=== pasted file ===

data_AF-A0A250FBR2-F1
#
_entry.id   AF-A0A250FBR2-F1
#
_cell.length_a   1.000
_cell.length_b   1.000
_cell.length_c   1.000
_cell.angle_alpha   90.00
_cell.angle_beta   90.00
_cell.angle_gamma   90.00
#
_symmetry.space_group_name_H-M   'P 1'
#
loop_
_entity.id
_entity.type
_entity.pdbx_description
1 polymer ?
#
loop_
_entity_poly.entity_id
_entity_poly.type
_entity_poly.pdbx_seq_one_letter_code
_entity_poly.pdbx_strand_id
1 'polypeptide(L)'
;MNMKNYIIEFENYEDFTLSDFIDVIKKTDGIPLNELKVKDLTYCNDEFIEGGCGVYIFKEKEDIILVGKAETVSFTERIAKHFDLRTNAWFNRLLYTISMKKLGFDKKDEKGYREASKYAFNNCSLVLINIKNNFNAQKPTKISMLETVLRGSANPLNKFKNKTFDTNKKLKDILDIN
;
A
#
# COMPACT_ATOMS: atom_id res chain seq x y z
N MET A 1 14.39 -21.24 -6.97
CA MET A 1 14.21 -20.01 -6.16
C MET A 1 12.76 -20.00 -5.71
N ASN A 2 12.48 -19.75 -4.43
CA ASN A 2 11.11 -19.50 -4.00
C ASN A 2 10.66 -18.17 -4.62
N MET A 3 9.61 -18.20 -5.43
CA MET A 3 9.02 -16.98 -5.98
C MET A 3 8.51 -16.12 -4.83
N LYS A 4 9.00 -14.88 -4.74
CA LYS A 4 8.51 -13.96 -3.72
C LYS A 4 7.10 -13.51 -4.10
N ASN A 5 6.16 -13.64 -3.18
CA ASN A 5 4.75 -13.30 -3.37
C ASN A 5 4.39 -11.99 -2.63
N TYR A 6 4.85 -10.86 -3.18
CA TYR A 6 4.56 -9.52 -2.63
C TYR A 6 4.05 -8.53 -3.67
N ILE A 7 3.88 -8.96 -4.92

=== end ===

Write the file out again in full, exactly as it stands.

data_AF-A0A250FBR2-F1
#
_entry.id   AF-A0A250FBR2-F1
#
_cell.length_a   1.000
_cell.length_b   1.000
_cell.length_c   1.000
_cell.angle_alpha   90.00
_cell.angle_beta   90.00
_cell.angle_gamma   90.00
#
_symmetry.space_group_name_H-M   'P 1'
#
loop_
_entity.id
_entity.type
_entity.pdbx_description
1 polymer ?
#
loop_
_entity_poly.entity_id
_entity_poly.type
_entity_poly.pdbx_seq_one_letter_code
_entity_poly.pdbx_strand_id
1 'polypeptide(L)'
;MNMKNYIIEFENYEDFTLSDFIDVIKKTDGIPLNELKVKDLTYCNDEFIEGGCGVYIFKEKEDIILVGKAETVSFTERIAKHFDLRTNAWFNRLLYTISMKKLGFDKKDEKGYREASKYAFNNCSLVLINIKNNFNAQKPTKISMLETVLRGSANPLNKFKNKTFDTNKKLKDILDIN
;
A
#
# COMPACT_ATOMS: atom_id res chain seq x y z
N MET A 1 14.39 -21.24 -6.97
CA MET A 1 14.21 -20.01 -6.16
C MET A 1 12.76 -20.00 -5.71
N ASN A 2 12.48 -19.75 -4.43
CA ASN A 2 11.11 -19.50 -4.00
C ASN A 2 10.66 -18.17 -4.62
N MET A 3 9.61 -18.20 -5.43
CA MET A 3 9.02 -16.98 -5.98
C MET A 3 8.51 -16.12 -4.83
N LYS A 4 9.00 -14.88 -4.74
CA LYS A 4 8.51 -13.96 -3.72
C LYS A 4 7.10 -13.51 -4.10
N ASN A 5 6.16 -13.64 -3.18
CA ASN A 5 4.75 -13.30 -3.37
C ASN A 5 4.39 -11.99 -2.63
N TYR A 6 4.85 -10.86 -3.18
CA TYR A 6 4.56 -9.52 -2.63
C TYR A 6 4.05 -8.53 -3.67
N ILE A 7 3.88 -8.96 -4.92